PhD Studentship

Prof Jaswinder Gill, King’s College London

Amount: £87,000

Summary: This project will investigate the causes of potentially fatal abnormal heart rhythms at night in patients with sleep-disordered breathing. This may lead to effective strategies to reduce the increased risk of abnormal rhythms and sudden death, and therefore save lives.

Sleep-disordered breathing means that a patient has a condition that causes them breathing difficulties while asleep. Obstructive sleep apnoea is one such condition which is estimated to affect nearly 1 billion adults worldwide and is likely to become more common in the future. Sleep-disordered breathing is linked with a number of health risks, including sudden death. In fact, these patients are thought to have more than a 2.5-fold increased risk of sudden death at night compared to the general population. The reasons for this are not clear but previous research has shown an increase in potentially fatal abnormal heart rhythms at night in these patients.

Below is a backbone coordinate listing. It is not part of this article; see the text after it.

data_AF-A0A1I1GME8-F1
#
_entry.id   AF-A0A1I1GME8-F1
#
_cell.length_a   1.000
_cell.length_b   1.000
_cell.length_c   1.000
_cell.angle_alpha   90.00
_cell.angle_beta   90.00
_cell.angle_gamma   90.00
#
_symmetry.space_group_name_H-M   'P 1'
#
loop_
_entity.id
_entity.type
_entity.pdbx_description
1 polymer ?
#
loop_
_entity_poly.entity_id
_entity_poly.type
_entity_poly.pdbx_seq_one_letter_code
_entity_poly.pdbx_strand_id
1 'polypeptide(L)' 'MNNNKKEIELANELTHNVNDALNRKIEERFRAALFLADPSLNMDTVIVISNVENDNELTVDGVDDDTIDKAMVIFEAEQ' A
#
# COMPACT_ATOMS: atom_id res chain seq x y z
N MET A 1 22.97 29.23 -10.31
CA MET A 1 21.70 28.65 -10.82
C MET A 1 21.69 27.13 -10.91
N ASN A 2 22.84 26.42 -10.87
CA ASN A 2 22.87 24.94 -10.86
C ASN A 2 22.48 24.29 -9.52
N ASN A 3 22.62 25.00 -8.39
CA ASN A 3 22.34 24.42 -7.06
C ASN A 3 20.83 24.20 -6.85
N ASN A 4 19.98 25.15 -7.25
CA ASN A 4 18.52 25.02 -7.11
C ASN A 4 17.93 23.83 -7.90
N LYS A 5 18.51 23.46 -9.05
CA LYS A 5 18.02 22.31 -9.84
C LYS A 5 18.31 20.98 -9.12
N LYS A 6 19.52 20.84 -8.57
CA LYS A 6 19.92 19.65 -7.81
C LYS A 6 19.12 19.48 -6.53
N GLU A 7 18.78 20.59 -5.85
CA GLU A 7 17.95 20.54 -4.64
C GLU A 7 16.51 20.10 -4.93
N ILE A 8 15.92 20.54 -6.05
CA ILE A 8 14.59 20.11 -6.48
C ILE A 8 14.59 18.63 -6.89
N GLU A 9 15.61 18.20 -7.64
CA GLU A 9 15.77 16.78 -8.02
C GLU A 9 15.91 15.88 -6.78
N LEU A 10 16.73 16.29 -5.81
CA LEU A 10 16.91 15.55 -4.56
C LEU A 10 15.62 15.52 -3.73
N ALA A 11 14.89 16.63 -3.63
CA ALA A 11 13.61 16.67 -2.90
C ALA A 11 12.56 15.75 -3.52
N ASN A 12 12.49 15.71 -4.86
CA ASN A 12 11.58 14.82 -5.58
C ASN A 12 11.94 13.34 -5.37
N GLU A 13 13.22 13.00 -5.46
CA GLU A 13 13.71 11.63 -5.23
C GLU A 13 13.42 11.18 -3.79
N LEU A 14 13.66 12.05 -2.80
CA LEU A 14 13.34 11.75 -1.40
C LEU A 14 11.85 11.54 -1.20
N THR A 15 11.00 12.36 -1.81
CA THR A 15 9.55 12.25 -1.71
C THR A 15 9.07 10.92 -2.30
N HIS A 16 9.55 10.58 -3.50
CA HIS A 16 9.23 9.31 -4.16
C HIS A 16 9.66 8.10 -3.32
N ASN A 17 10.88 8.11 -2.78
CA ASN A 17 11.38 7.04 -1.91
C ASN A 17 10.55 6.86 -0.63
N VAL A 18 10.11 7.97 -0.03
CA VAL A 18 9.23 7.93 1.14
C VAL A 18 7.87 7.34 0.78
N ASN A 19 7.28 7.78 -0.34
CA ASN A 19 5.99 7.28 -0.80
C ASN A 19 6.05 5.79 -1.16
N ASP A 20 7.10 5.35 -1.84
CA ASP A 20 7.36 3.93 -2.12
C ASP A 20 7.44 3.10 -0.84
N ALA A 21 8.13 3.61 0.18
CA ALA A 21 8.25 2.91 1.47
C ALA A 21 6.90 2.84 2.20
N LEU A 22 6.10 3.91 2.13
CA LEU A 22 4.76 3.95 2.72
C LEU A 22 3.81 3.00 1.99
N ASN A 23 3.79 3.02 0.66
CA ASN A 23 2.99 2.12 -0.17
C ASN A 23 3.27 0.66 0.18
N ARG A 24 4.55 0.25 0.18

The aim of this project is to investigate what causes these dangerous heart rhythms which may help us find ways to identify those at risk, and develop strategies to reduce the risk of abnormal rhythms and sudden cardiac death.

 

The researchers are interested in a particular part of heartbeat’s electrical signal, called ‘repolarisation’, which if unstable, may lead to abnormal heart rhythms. They will study patients with confirmed or suspected sleep apnoea overnight while they undergo a sleep study. This is a routine investigation to diagnose sleep apnoea and involves staying overnight in hospital whilst breathing patterns are assessed to see whether there are pauses in their breathing, called apnoea.

 

Patients in the study will already have a type of pacemaker implanted which will allow the heart’s electrical signals to be measured. The researchers will take recordings from the pacemaker, measure blood pressure and breathing rate, and take additional recordings of the heart rhythm and nervous system. This will show whether there is instability of the heart rhythm at night and whether it is related to breathing patterns and apnoea. For comparison, they will also study a group of patients without sleep apnoea who are staying overnight in hospital and a third group of patients in the daytime.

 

If successful, this research will help us understand why people with sleep-disordered breathing suffer with abnormal, potentially lethal heart rhythms during sleep. This may lead to effective strategies to reduce the increased risk of abnormal rhythms and sudden death, and therefore save lives.

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